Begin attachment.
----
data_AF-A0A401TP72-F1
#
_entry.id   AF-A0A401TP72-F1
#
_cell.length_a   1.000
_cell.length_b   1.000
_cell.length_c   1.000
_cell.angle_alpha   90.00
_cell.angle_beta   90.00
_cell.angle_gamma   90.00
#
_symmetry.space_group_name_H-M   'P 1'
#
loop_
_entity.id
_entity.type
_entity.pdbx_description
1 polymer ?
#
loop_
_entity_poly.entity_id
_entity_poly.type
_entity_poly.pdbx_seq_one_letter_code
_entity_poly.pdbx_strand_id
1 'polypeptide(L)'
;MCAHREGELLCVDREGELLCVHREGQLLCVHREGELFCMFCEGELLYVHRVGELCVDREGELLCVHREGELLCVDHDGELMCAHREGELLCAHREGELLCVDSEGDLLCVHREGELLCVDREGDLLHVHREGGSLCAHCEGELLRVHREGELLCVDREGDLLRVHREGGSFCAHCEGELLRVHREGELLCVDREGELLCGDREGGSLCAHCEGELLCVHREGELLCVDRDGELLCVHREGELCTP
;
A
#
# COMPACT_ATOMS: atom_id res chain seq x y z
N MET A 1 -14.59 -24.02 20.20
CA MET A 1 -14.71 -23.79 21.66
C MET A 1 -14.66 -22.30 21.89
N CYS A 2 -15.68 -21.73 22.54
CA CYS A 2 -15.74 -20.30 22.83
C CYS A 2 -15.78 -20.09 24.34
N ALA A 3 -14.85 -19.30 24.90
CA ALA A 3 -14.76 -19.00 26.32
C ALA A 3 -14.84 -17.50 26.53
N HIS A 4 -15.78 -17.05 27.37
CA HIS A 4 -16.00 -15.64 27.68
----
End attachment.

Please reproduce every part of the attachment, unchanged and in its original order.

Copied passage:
data_AF-A0A401TP72-F1
#
_entry.id   AF-A0A401TP72-F1
#
_cell.length_a   1.000
_cell.length_b   1.000
_cell.length_c   1.000
_cell.angle_alpha   90.00
_cell.angle_beta   90.00
_cell.angle_gamma   90.00
#
_symmetry.space_group_name_H-M   'P 1'
#
loop_
_entity.id
_entity.type
_entity.pdbx_description
1 polymer ?
#
loop_
_entity_poly.entity_id
_entity_poly.type
_entity_poly.pdbx_seq_one_letter_code
_entity_poly.pdbx_strand_id
1 'polypeptide(L)'
;MCAHREGELLCVDREGELLCVHREGQLLCVHREGELFCMFCEGELLYVHRVGELCVDREGELLCVHREGELLCVDHDGELMCAHREGELLCAHREGELLCVDSEGDLLCVHREGELLCVDREGDLLHVHREGGSLCAHCEGELLRVHREGELLCVDREGDLLRVHREGGSFCAHCEGELLRVHREGELLCVDREGELLCGDREGGSLCAHCEGELLCVHREGELLCVDRDGELLCVHREGELCTP
;
A
#
# COMPACT_ATOMS: atom_id res chain seq x y z
N MET A 1 -14.59 -24.02 20.20
CA MET A 1 -14.71 -23.79 21.66
C MET A 1 -14.66 -22.30 21.89
N CYS A 2 -15.68 -21.73 22.54
CA CYS A 2 -15.74 -20.30 22.83
C CYS A 2 -15.78 -20.09 24.34
N ALA A 3 -14.85 -19.30 24.90
CA ALA A 3 -14.76 -19.00 26.32
C ALA A 3 -14.84 -17.50 26.53
N HIS A 4 -15.78 -17.05 27.37
CA HIS A 4 -16.00 -15.64 27.68